While ISO and ESH seem an ideal entry point to performance excellence, we do not stop there. We have pursued other programs that can accelerate our progress toward business excellence. These additional programs are Six Sigma and Malcolm Baldrige National Quality Awards in the U.S. The latter is the dominant reference model for national business excellence awards worldwide. The award was quickly coined our Oscar Award by our Business Excellence Team. No company has yet won this ultimate award, but striving for it imposes on us the disciplined, systematic approach to improvement; one that allows us to compare ourselves directly with the best performing companies in the world.
The closest we have to an Oscar awardee is First Sumiden Circuits, Inc. who was conferred the Level II Recognition of the Philippine Quality Award for Proficiency in Quality Management by the Dept. of Trade & Industry in February of this year at ceremonies held in Malacanang. First Sumiden has set its sights on winning the top PQA Award, which is the Philippine equivalent to the Malcolm Baldrige Award, two years from now.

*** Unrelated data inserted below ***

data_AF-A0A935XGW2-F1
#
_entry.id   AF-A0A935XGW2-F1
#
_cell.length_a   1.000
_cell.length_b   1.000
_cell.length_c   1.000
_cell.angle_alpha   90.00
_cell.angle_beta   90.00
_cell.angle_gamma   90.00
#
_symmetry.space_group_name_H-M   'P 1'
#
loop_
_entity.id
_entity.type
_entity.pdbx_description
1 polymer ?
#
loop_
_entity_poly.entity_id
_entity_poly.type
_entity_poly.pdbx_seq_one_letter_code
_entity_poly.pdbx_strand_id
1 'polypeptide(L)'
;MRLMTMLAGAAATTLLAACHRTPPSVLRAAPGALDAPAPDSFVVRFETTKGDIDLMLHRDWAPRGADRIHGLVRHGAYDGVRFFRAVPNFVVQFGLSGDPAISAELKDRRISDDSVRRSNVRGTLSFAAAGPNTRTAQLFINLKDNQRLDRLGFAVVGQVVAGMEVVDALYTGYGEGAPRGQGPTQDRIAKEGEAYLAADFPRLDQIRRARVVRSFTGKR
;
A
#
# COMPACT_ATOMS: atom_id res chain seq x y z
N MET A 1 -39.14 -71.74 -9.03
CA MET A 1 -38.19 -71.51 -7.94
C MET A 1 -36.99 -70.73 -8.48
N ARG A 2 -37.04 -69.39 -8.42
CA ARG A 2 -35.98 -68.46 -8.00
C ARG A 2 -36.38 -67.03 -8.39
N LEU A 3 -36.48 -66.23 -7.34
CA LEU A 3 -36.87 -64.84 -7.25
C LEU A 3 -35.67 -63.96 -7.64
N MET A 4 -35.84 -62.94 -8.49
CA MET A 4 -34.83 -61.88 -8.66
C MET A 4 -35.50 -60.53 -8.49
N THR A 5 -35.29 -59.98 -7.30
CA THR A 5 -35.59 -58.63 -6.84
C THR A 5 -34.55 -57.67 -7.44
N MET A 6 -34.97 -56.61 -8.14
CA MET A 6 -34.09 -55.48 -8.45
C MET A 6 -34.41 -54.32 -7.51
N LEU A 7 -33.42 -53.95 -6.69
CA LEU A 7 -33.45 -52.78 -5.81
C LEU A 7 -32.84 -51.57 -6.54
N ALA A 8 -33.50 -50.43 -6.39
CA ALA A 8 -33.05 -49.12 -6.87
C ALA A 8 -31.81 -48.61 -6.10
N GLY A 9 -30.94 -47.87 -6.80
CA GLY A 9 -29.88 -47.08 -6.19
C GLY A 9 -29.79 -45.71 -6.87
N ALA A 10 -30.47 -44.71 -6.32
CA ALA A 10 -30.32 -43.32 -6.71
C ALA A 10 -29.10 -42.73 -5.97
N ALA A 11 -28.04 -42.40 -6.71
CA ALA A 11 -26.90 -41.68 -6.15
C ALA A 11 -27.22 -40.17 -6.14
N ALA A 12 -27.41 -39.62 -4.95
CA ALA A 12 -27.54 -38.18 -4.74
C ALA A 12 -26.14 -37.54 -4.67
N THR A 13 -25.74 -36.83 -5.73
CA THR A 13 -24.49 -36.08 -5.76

Before I end my remarks, I would like to thank all of you for joining us today for our annual meeting and for being faithful, loyal and supportive stockholders. Although we do not have the opportunity to get together often, this forum at least provides me and my colleagues at the head table with the chance to reaffirm our commitment to serve you as the managers and custodians of your investment in the best way we are capable of. Our best reward is your abiding faith and support.
Again, thank you and good afternoon.